|Elevation||1,076 ft (328 m)|
|GNIS feature ID||514412|
Packard is a ghost town in Whitley County, Kentucky, United States. Packard was located 7 miles (11 km) southeast of Williamsburg. It was founded as a mining camp by the Thomas B. Mahan family around 1900. Packard's population is thought to have reached at one point nearly 400 residents. The community was a coal town which served the Packard Coal Company; the community and the company were named after Whitley County school teacher Amelia Packard. Packard once had a railway station on the Louisville and Nashville Railroad as well as a post office, which opened on November 27, 1908.
In 1917, during an extended national period of labor strife, a correspondent to the United Mine Workers Journal describing conditions in Packard stated that local miners had "only one store within two miles of us, and that is the company store, and we are eighteen miles from the main line, up a dark hollow surrounded by big mountains, and you can imagine how men have to live because of the ungodly prices we have to pay. So we are praying that God will help us. Sanitary conditions are bad."
In 1920, however, when three Packard mines were inspected for the Kentucky Department of Mines the inspector found conditions in and around these mines to be satisfactory.
Actress Patricia Neal was born in Packard in 1926.
The town survived until the mid-1940s when the coal resources which had been its lifeblood finally gave out. The community is now abandoned.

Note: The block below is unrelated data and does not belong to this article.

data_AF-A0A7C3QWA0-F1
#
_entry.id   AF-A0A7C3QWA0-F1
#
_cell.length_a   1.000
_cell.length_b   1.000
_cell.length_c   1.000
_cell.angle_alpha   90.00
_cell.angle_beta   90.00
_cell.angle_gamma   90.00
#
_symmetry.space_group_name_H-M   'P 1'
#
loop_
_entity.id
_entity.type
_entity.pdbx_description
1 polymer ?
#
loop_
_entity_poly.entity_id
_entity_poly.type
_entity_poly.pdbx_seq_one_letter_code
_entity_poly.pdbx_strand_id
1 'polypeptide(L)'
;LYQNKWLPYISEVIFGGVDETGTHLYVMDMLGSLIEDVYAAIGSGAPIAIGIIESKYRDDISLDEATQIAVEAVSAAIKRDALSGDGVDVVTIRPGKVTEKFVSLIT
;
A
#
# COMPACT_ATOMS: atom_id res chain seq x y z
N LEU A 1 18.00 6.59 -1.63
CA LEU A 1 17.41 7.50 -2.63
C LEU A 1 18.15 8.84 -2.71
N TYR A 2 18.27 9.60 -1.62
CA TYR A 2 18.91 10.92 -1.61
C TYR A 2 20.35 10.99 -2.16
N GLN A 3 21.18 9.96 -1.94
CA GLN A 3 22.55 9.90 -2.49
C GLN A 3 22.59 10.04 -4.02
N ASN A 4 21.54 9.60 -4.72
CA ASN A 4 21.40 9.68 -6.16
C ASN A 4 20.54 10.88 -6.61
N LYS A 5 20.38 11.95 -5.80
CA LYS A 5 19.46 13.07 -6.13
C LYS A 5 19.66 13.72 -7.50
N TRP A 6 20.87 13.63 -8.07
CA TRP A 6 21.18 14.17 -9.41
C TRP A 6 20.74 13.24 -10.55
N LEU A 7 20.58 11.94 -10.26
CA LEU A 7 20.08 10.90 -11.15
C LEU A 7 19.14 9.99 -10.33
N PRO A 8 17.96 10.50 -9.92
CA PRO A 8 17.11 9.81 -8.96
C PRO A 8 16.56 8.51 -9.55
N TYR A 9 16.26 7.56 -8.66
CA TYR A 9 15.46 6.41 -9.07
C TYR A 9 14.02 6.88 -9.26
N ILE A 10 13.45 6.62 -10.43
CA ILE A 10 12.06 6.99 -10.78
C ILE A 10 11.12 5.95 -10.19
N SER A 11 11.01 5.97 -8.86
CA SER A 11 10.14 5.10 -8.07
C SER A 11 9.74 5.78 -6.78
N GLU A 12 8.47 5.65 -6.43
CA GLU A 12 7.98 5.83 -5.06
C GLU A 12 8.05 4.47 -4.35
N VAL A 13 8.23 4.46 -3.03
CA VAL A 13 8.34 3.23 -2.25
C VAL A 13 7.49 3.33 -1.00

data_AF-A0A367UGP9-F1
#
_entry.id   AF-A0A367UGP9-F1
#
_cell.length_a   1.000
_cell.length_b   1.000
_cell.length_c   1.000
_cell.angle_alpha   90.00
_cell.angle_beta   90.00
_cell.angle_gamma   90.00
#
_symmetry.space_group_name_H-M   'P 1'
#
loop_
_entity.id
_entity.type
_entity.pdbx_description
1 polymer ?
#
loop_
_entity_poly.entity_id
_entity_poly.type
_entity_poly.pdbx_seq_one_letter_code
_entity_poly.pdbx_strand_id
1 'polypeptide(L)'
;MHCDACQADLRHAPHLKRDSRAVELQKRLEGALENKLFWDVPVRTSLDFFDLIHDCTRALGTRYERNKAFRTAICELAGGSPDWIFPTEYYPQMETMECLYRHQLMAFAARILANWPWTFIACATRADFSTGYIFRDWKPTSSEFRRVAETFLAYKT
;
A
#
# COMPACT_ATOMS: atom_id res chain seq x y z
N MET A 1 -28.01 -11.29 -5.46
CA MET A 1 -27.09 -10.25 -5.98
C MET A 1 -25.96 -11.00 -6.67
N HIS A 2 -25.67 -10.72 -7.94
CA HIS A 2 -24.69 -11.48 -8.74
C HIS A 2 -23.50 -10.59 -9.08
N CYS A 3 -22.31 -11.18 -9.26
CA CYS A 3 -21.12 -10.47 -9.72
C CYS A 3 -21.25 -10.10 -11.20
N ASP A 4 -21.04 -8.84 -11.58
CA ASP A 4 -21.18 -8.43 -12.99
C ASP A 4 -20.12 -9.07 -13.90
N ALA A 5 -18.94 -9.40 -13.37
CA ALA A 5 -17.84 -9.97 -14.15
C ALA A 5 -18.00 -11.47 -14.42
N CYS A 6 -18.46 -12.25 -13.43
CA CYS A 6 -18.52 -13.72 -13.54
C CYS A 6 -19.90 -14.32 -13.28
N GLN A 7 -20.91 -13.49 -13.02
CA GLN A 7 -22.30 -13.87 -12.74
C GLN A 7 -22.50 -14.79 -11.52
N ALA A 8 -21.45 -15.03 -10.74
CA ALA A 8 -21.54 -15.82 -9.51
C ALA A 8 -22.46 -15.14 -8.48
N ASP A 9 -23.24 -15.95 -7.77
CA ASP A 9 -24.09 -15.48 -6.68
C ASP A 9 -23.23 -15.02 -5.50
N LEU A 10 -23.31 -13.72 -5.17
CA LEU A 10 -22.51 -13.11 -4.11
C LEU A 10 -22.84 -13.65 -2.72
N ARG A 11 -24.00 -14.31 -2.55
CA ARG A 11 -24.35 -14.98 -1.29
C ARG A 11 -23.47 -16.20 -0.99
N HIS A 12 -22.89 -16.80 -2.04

- U.S. Geological Survey Geographic Names Information System: Packard, Kentucky
- Shearer, Stephen Michael (2006). Patricia Neal: An Unquiet Life. University Press of Kentucky. p. 3.
- G. Hanlin (1917). "News Exchange". The United Mine Workers Journal. Executive Board of the United Mine Workers of America. p. 368.
- Kentucky Departments of Mines and Minerals (1920). Annual Report. The Department. p. 144.
- "Kentucky Guards Out to Protect Coal Mines". The Great Falls Tribune. Great Falls, Montana. 1922-07-13. Retrieved 2016-06-29.
- Rennick, Robert M. (1988). Kentucky Place Names. University Press of Kentucky. p. 224. ISBN 0813126312.
|This United States ghost town-related article is a stub. You can help Wikipedia by expanding it.|
|This Whitley County, Kentucky state location article is a stub. You can help Wikipedia by expanding it.|